Monday, November 22, 2010

Confidence is the New Competence

We are ready to go on record as predicting that the next big “must have” trait for executive positions will be ‘confidence.’ We are hearing increasing demand for that quality from our clients: one major law firm recently revised its performance review forms for its attorneys and has substituted ‘confidence’ in place of ‘attention to detail’ in the list of qualities to be assessed in the 2011 version.

Why has confidence become the rising star of executive competencies? And what is the takeaway for those bent on career success? The current workplace is a minefield of uncertainty. Impermanence is the new normal, and anxiety about what the future holds is paralyzing decision-making. In this context, organizations recognize the need for executives who can rally others and get them to align behind a vision or strategic direction. Doing that at any time requires that people believe that an individual is worth following; in turbulent times, engaging others requires gaining their trust even when those being courted are not at all certain about the best path to take. In that situation, employees or clients must believe that an individual will make good choices and lead the enterprise to success before they will opt to follow.

The ability to engender that trust is greatly enhanced by communicating confidence in oneself. In a rapidly shifting, highly complex marketplace, where the best strategic direction may be almost impossible to identify with any certainty, a leader’s character will play a significant role in convincing others to follow. In particular, an individual who demonstrates confidence in her- or himself offers enormous appeal.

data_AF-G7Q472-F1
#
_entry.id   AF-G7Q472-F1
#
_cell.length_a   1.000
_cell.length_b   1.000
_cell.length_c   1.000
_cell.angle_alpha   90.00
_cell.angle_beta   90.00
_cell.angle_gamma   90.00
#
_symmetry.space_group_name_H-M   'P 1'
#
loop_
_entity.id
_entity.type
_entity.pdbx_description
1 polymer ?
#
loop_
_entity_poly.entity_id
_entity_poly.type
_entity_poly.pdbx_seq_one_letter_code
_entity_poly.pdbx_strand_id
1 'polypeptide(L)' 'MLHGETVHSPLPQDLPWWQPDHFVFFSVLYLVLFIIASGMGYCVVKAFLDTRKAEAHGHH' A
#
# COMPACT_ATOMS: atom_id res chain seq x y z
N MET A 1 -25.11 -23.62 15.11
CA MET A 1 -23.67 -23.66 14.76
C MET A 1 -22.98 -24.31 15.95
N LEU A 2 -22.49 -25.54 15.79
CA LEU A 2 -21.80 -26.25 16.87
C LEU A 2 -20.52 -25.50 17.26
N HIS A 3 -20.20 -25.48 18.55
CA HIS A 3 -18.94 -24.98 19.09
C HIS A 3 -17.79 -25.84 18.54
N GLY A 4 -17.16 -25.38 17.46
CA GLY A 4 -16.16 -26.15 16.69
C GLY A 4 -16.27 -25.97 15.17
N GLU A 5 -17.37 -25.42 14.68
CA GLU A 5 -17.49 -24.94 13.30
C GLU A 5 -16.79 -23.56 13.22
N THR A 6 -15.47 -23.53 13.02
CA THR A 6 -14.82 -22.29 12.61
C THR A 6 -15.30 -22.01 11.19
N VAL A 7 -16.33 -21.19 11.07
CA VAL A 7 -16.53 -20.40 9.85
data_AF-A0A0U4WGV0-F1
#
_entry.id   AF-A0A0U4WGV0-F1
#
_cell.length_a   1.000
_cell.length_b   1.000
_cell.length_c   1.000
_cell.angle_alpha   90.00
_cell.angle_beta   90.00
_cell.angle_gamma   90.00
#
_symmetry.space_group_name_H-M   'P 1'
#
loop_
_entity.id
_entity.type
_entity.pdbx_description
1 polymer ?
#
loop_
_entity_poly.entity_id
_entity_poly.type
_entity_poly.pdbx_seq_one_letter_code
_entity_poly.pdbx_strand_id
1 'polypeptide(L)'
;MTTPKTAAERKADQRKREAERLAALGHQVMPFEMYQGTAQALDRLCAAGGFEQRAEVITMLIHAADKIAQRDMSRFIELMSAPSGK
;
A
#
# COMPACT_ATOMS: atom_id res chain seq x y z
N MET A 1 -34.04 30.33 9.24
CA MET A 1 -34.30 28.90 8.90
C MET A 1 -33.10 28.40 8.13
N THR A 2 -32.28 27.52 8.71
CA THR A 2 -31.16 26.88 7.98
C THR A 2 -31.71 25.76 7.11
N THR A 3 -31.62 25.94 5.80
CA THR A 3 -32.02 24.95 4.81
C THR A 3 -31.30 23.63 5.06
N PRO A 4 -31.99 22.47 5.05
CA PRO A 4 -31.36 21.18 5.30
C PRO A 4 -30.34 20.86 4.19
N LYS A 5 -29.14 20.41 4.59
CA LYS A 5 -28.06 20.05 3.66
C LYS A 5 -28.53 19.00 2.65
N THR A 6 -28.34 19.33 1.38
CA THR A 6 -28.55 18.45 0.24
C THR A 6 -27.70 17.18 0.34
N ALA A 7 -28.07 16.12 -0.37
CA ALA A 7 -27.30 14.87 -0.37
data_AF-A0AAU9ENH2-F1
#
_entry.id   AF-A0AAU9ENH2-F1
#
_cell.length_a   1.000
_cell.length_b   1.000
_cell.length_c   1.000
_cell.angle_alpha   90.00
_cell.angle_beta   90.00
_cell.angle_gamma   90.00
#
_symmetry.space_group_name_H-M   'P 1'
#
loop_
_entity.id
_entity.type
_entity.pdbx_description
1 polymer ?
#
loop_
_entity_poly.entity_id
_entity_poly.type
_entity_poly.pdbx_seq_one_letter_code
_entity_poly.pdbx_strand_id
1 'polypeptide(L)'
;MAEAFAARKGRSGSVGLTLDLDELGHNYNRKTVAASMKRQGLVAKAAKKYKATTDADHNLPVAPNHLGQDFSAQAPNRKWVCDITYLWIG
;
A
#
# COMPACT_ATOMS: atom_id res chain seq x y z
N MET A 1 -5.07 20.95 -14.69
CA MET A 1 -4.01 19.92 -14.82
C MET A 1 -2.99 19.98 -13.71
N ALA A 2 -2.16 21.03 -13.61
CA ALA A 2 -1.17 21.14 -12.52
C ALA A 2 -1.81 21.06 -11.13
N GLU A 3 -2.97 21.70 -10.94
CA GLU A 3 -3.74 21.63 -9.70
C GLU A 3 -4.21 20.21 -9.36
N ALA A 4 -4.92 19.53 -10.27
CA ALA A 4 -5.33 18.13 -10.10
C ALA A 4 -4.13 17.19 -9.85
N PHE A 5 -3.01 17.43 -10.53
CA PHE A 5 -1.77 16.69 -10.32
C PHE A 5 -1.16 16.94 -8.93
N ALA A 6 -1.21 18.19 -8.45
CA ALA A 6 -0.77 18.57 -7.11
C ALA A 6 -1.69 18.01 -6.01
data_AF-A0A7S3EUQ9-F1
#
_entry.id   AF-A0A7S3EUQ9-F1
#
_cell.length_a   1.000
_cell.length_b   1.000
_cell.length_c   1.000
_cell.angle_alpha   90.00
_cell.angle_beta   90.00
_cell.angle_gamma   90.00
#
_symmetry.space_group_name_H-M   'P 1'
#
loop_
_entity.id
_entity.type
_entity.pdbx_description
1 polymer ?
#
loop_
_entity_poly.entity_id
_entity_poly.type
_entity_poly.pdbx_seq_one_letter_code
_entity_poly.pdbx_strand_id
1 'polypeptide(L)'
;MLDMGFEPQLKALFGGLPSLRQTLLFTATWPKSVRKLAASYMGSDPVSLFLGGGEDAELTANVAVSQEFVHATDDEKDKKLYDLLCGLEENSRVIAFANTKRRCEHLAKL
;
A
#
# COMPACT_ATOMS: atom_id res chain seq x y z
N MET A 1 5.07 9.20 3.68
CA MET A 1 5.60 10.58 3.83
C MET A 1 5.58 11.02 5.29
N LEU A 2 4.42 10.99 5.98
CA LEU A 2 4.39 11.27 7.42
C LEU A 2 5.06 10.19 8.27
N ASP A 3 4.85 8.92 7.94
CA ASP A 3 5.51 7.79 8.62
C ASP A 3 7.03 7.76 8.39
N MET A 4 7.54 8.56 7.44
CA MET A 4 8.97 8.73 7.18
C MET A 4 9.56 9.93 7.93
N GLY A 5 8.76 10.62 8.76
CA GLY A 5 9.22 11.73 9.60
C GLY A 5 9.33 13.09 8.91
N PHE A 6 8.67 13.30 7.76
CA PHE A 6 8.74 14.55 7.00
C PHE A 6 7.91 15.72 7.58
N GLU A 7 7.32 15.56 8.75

How does this translate behaviorally for ambitious careerists? We think that showing confidence is a very delicate balancing act: too little is self-defeating, while too much equates with hubris. To engender confidence, you can’t be the only one who believes in you; on the other hand, you can’t be the only one who doesn’t without looking falsely modest. We recommend that confidence be demonstrated tangentially, rather than head-on. Instead of announcing your confidence level, lead with quiet certainty. Stay calm in the face of challenge: even if you don’t know which way is the right way to go, a cool demeanor suggests that you are confident in your ability to hit whatever curve balls get thrown your way. Don’t feel the need to go it alone; it is actually better to ask others for their wisdom before announcing a course of action for several reasons. You may get valuable advice, you look strong and self-confident if you solicit the thoughts of those around you (especially those whom everyone knows will take an adversarial position,) and you generate natural buy-in when you include others in the early stages of decision-making.

Envision a head-hunter asking you for an example of a time you were perceived as confident in your current role. If you can’t think of several instances right off the top of your head, it’s time to regroup and start making memories! In 2011, confidence counts.

Wednesday, March 24, 2010

The Myth of Resiliency (Understanding Employee Engagement--Part III)

Resiliency is a mythical state invented by HR and career counselors to address the crazy state of the work world. In fact, it is a concept whose time never came. Today's employees don't want to be resilient; they want to be gainfully employed. Like parents on the brink of divorce who spout platitudes about how the kids are better off with two happy, but separate parents then in a single household with warring factions, nobody wants to actually ask the kids how they feel. And employee resilience is just as mythical.